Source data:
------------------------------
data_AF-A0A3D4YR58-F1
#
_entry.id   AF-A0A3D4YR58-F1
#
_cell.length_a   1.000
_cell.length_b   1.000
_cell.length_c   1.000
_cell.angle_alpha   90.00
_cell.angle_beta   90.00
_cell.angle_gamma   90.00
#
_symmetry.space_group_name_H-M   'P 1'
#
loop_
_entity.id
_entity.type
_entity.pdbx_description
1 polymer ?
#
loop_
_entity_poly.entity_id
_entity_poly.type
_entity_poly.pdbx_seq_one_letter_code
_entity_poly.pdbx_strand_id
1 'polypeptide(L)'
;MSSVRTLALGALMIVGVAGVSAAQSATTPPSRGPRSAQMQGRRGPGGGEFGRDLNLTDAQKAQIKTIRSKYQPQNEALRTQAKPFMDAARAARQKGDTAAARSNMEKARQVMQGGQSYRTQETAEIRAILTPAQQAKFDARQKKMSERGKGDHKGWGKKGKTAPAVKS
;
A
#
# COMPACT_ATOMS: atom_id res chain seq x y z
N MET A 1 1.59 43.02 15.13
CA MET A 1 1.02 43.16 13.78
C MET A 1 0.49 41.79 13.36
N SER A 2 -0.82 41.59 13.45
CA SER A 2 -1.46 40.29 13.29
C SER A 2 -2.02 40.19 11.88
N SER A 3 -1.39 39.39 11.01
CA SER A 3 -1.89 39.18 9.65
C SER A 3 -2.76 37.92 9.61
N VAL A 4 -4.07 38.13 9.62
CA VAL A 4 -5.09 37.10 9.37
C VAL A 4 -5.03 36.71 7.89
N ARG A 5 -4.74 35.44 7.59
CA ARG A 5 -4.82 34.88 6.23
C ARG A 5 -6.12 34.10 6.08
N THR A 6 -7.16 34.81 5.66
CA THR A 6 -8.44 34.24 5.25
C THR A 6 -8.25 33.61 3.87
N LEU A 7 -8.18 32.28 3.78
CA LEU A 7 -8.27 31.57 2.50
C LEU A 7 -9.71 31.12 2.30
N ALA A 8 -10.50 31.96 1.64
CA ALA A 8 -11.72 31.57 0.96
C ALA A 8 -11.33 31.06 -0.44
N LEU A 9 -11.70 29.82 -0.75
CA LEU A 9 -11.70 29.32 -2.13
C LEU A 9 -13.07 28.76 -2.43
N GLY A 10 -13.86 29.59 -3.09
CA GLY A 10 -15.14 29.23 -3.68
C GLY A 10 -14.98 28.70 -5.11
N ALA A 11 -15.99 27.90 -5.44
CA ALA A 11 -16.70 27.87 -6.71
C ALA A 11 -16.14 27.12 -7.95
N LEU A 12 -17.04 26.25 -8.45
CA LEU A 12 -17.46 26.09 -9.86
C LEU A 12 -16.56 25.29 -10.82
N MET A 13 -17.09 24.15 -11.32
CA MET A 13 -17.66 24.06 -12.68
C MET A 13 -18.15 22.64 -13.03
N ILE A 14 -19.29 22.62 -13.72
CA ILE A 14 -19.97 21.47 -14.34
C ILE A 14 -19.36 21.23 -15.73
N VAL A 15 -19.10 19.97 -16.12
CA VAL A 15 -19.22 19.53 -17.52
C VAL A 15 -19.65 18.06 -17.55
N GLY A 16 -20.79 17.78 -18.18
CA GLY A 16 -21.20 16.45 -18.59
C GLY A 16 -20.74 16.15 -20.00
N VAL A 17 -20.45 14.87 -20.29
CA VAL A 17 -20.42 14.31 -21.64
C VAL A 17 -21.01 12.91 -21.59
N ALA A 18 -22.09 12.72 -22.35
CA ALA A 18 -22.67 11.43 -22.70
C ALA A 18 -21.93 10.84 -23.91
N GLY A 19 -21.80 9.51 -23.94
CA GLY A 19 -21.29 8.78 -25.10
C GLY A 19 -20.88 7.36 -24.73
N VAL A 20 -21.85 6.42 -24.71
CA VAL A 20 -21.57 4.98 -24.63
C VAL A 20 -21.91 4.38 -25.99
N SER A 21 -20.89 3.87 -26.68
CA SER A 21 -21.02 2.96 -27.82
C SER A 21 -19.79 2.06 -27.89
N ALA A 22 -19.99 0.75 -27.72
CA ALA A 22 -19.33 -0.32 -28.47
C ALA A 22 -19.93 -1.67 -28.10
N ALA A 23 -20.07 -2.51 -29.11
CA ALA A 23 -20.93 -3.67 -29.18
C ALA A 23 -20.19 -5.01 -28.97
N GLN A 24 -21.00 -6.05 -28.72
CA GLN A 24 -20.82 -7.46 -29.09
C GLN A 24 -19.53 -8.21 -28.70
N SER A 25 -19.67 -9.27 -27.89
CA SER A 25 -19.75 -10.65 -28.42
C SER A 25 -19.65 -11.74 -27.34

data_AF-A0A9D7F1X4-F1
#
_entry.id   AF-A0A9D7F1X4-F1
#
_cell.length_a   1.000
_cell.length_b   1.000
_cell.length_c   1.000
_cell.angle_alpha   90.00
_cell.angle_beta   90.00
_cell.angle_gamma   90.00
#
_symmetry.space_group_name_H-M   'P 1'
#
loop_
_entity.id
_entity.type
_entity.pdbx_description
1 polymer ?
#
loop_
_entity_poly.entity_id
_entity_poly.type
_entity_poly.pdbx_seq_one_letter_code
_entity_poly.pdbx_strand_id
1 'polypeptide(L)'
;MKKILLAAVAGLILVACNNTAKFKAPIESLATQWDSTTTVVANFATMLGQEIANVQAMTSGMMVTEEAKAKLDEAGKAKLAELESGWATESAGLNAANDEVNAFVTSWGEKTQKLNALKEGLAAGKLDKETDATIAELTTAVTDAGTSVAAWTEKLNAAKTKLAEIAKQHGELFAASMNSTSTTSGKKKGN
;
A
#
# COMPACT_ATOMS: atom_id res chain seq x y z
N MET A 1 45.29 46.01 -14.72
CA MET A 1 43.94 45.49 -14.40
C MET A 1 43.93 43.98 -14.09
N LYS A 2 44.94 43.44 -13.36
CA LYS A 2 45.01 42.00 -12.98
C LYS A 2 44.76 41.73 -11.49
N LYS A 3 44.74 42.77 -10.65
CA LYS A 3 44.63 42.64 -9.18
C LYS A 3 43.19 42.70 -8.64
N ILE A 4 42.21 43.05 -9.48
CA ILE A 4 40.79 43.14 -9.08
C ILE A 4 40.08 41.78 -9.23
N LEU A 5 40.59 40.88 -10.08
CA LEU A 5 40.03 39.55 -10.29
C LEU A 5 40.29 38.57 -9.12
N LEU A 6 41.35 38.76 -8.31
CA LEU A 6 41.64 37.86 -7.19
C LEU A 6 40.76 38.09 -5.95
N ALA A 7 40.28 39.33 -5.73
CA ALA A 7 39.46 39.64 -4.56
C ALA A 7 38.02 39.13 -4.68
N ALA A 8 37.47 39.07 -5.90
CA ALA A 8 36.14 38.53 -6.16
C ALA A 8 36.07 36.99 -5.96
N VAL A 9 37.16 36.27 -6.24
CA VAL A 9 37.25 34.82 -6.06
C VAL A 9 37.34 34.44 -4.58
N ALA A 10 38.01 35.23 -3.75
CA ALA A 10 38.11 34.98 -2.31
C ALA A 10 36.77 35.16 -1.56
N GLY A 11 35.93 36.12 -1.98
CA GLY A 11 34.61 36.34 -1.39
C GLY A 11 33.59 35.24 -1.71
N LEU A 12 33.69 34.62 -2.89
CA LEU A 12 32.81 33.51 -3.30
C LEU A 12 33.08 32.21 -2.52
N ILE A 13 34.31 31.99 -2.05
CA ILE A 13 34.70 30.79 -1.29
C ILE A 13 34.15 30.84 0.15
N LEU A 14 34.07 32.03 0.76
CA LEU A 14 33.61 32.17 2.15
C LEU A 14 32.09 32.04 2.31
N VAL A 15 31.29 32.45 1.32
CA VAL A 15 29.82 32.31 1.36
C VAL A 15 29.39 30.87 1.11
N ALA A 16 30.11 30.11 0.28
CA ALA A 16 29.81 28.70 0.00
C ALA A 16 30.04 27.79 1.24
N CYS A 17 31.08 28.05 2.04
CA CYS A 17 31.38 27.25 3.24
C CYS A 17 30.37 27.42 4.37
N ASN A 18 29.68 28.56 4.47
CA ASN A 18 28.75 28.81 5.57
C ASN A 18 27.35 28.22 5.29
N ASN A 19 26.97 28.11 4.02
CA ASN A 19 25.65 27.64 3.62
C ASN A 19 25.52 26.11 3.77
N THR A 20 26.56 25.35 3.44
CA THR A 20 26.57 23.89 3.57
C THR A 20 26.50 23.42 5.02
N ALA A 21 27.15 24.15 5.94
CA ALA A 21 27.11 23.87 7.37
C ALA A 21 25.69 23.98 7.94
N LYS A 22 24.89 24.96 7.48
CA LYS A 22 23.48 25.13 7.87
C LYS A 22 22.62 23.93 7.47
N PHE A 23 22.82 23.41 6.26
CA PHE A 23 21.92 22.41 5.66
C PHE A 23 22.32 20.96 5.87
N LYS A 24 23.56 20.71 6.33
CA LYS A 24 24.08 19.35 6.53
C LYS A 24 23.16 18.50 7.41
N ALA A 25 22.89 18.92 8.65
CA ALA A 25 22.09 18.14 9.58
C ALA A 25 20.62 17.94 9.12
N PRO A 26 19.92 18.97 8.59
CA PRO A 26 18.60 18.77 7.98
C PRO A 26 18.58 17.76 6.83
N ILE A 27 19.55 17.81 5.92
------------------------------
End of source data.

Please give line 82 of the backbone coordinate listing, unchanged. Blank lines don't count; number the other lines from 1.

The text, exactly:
N ALA A 18 -22.09 12.72 -22.35